Comments about ‘120-year-old sacrament bread on display in Daughters of the Utah Pioneers Museum’

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Published: Thursday, Sept. 26 2013 3:30 p.m. MDT

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West Bountiful, UT

And they say fast food never rots and hence is bad for you.

Salt Lake City, UT

That is kind of cool, and kind of gross at the same time.

Wasilla, AK

Fast food will rot just fine. Just add a little bit of moisture to it, and watch the mold grow.

Woods Cross, UT

I am LDS and a history fanatic. But this is weird.

Kearns, UT

AlaskaCougar- yeah, but stick it in a jacket pocket and that Quarter Pounder will last a decade or more.

Provo, UT

I'm quite certain we had some of this very loaf last Sunday in Sacrament meeting.

Happy Valley Heretic
Orem, UT

I'd like to know more about the Pro-Phy-lactic it's in that's one great container to preserve that long.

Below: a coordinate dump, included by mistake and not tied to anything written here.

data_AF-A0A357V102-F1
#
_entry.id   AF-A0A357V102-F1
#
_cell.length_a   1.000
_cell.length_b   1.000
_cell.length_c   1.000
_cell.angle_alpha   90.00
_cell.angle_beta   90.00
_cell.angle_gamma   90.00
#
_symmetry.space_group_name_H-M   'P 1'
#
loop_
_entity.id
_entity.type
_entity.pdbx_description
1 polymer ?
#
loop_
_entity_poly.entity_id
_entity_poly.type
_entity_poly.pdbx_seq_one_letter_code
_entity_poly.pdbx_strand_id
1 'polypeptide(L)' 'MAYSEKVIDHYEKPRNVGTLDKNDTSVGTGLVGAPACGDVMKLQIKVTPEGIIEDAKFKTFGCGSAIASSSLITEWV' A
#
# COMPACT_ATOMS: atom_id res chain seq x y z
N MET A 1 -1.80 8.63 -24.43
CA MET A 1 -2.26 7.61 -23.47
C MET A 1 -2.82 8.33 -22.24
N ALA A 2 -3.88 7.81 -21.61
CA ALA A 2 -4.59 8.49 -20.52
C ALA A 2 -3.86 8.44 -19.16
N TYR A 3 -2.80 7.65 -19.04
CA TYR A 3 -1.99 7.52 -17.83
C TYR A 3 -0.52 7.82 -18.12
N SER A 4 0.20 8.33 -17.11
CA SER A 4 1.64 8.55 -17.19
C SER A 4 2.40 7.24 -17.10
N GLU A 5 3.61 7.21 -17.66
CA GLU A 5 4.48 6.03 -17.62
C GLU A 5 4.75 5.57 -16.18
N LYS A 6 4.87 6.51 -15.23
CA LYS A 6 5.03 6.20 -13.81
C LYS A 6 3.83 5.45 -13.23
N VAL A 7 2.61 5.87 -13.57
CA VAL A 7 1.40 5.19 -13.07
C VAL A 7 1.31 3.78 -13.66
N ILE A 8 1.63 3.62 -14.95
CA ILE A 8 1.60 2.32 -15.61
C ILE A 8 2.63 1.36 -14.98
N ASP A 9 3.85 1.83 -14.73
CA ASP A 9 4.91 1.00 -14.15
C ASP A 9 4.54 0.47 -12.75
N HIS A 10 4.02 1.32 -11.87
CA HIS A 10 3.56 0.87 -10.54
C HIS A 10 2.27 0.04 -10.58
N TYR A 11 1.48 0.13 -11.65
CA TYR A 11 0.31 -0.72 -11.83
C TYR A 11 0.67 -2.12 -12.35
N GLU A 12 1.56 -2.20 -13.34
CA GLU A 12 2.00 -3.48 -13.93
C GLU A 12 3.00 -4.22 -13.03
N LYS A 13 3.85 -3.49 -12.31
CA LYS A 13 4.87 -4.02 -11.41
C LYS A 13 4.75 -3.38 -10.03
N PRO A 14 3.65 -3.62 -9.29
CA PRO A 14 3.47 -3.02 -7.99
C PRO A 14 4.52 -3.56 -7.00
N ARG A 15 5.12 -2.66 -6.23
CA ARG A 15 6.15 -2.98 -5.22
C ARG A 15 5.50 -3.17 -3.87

sandy, ut

History or not... it is disgusting. It is a piece of bread.. it isn't anything I would ever want to own. A piece of moldy bread is not a historical piece in my opinion.

Huntsville, UT

Doesn't this start to verge on "iconography" in a way? It's sort of like the Catholics and their reverance for a piece of a former saint's bone, or a piece of Christ's cross. It seems to me that it's right on the verge of "idol worship" if it hasn't already crossed that line.


Well, we have a piece of stale bread on display in a museum. It's a start! Now we just need the steel bows, chariots, and other artifacts from the great cities and wars we've been taught about.

Salt Lake City, UT

The full article over at Juvenile Instructor is a fascinating read! I would personally like the recipe for this long-lasting bread.

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